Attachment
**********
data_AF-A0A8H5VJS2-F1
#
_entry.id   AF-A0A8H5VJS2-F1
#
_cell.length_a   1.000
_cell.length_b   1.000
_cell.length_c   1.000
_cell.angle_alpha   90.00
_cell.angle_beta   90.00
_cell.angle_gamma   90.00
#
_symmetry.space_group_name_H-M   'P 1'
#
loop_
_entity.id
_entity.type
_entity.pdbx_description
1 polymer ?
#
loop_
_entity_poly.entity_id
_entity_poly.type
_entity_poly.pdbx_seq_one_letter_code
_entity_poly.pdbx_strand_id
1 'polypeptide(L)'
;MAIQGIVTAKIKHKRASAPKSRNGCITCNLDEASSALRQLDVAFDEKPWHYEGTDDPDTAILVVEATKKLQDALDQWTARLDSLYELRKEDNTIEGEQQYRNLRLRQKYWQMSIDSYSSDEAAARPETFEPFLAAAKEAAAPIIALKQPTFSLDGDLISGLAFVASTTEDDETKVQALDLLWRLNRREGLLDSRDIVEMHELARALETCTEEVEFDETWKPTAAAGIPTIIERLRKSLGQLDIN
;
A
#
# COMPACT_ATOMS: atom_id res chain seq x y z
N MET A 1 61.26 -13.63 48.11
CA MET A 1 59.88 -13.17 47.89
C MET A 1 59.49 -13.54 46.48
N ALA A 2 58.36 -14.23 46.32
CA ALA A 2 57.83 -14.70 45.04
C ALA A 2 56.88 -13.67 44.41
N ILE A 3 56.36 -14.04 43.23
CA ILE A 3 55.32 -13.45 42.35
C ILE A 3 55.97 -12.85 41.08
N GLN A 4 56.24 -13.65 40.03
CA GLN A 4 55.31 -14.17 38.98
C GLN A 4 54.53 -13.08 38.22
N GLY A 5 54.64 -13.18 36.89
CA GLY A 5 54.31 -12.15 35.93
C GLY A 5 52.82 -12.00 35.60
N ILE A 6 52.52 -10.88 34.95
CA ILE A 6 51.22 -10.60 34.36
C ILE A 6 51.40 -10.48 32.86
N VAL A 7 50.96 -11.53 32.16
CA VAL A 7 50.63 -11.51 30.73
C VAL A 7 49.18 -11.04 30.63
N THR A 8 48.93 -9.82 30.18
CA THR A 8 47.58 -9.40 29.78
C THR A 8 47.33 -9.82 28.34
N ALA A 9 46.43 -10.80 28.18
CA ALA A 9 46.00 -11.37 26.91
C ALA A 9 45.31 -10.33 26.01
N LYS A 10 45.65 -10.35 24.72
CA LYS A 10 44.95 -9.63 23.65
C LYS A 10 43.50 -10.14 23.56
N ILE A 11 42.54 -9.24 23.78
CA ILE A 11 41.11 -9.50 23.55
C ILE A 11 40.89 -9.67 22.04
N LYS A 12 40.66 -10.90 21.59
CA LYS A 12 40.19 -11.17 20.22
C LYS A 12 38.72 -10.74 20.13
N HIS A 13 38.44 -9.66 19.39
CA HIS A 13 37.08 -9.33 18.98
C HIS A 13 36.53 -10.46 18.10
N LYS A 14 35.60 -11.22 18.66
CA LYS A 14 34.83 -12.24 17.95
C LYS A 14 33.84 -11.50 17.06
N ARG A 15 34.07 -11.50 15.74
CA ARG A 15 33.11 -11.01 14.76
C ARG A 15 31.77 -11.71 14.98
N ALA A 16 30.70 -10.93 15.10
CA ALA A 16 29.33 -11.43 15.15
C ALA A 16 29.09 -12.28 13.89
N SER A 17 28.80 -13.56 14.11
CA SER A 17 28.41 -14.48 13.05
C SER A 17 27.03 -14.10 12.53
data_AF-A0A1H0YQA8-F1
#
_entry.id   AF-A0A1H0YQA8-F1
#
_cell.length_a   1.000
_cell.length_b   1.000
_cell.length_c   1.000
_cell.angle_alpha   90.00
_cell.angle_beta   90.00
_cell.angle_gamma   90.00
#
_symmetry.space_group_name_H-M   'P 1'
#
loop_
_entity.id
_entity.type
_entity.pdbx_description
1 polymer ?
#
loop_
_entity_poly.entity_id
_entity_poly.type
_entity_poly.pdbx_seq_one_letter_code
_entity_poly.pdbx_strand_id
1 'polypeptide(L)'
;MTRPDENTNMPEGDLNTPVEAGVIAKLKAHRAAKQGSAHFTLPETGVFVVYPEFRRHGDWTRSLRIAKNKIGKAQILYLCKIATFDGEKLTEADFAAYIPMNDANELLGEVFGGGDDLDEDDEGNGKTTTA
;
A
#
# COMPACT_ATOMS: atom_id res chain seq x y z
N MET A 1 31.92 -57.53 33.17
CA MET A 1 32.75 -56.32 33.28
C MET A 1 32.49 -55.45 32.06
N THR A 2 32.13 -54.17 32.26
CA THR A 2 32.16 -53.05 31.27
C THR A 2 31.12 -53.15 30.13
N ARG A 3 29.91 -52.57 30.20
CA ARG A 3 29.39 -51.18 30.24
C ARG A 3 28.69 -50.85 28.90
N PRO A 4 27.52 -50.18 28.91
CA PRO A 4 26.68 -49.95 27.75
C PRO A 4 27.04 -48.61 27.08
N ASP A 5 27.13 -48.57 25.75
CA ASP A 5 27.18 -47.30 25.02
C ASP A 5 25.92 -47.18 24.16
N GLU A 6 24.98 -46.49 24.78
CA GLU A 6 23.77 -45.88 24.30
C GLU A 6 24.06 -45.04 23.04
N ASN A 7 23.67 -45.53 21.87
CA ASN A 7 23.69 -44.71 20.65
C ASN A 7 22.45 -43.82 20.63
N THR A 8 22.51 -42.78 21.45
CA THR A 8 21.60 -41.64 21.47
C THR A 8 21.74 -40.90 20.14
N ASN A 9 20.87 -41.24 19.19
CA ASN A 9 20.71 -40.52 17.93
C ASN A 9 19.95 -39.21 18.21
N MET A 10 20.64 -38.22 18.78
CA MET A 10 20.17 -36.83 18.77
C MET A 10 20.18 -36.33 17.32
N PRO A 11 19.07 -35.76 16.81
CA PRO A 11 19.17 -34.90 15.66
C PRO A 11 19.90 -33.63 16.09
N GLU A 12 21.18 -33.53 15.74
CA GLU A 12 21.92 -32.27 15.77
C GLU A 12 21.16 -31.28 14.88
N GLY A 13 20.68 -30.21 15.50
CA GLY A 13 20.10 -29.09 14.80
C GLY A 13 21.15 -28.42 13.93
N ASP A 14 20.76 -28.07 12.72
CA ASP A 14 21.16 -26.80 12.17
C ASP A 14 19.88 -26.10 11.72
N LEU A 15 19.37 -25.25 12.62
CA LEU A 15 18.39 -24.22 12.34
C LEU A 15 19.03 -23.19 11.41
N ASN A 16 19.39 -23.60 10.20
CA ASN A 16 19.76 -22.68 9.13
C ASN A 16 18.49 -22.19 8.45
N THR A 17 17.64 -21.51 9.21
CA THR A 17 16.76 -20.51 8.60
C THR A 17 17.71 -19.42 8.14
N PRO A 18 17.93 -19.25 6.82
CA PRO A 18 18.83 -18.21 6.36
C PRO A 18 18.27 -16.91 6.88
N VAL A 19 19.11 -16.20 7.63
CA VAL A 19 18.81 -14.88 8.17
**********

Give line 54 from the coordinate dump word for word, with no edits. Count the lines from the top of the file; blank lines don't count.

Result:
C THR A 8 47.33 -9.82 28.34